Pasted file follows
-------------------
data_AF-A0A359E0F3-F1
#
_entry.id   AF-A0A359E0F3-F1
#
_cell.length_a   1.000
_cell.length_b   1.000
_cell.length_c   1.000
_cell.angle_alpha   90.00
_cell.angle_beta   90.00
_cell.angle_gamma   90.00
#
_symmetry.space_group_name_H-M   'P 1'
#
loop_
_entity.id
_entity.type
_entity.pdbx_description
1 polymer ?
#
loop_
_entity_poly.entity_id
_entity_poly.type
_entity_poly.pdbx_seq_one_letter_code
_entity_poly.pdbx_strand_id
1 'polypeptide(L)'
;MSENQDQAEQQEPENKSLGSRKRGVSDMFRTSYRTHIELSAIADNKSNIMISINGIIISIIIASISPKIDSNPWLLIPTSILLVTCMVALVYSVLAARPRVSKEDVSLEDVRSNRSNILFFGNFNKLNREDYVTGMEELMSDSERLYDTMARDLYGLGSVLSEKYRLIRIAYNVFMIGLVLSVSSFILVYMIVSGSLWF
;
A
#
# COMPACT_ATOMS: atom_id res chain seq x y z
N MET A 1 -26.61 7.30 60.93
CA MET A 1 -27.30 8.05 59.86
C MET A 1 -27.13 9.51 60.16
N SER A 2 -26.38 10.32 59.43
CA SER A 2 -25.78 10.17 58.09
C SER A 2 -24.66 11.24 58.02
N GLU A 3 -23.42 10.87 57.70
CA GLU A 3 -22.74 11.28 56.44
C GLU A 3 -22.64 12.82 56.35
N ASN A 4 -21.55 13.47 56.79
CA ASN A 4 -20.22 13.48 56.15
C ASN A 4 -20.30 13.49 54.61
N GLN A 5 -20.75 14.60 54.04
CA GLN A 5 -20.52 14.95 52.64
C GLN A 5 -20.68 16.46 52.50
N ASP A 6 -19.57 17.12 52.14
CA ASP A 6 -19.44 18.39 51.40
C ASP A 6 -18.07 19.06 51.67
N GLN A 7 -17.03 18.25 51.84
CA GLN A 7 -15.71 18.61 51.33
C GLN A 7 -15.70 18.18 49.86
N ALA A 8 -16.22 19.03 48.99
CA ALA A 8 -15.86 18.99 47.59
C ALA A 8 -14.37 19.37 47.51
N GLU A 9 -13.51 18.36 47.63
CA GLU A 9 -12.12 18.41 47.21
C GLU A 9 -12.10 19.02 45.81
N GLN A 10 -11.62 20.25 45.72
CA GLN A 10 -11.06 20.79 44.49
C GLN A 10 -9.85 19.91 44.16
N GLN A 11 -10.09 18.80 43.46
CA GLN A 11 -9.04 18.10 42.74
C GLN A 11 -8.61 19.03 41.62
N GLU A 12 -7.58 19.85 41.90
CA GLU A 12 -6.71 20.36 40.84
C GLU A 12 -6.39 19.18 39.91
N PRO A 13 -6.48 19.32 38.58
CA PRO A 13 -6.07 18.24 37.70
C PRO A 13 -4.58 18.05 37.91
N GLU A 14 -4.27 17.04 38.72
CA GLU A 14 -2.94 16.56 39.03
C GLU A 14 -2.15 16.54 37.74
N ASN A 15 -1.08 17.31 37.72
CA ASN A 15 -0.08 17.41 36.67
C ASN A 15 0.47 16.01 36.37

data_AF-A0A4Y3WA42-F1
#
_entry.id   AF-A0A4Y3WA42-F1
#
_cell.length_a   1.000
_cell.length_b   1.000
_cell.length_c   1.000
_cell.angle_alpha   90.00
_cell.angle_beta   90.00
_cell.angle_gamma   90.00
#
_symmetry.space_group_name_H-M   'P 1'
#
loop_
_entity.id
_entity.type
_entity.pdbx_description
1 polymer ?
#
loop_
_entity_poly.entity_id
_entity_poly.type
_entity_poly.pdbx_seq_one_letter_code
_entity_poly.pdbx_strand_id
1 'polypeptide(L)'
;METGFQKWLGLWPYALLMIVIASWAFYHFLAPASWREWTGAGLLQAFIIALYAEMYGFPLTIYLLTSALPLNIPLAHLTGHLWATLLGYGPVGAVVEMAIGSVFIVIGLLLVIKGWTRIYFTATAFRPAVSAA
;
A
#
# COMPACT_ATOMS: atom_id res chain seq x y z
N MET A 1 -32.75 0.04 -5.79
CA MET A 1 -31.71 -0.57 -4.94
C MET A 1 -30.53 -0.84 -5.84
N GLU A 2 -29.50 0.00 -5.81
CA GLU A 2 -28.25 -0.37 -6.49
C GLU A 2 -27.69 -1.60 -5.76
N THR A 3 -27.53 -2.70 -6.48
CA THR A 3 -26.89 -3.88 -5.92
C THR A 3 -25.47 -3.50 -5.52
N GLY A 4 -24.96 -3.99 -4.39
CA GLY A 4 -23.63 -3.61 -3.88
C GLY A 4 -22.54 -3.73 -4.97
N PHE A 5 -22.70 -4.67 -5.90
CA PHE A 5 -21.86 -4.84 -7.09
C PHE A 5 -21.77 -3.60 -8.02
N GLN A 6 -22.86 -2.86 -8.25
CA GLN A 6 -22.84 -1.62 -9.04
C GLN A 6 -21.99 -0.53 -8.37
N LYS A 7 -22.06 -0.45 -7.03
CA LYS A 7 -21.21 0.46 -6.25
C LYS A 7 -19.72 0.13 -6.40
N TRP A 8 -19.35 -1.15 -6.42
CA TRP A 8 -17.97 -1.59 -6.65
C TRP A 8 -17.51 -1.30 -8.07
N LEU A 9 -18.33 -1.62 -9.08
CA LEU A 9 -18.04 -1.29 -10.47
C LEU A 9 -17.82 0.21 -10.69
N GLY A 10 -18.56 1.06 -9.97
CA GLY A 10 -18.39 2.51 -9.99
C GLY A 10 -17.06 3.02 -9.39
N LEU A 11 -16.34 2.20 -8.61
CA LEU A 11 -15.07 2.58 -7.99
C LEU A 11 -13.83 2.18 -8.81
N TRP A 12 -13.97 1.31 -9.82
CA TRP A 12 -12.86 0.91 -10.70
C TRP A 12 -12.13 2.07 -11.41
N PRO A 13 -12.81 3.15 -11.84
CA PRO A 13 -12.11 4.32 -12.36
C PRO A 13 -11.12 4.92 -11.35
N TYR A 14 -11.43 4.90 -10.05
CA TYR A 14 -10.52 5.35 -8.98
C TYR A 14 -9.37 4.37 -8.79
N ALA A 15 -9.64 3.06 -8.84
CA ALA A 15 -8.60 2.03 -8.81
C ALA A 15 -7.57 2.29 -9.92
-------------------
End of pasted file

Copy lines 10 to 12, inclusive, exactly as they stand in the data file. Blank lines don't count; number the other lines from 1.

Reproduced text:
_cell.angle_gamma   90.00
#
_symmetry.space_group_name_H-M   'P 1'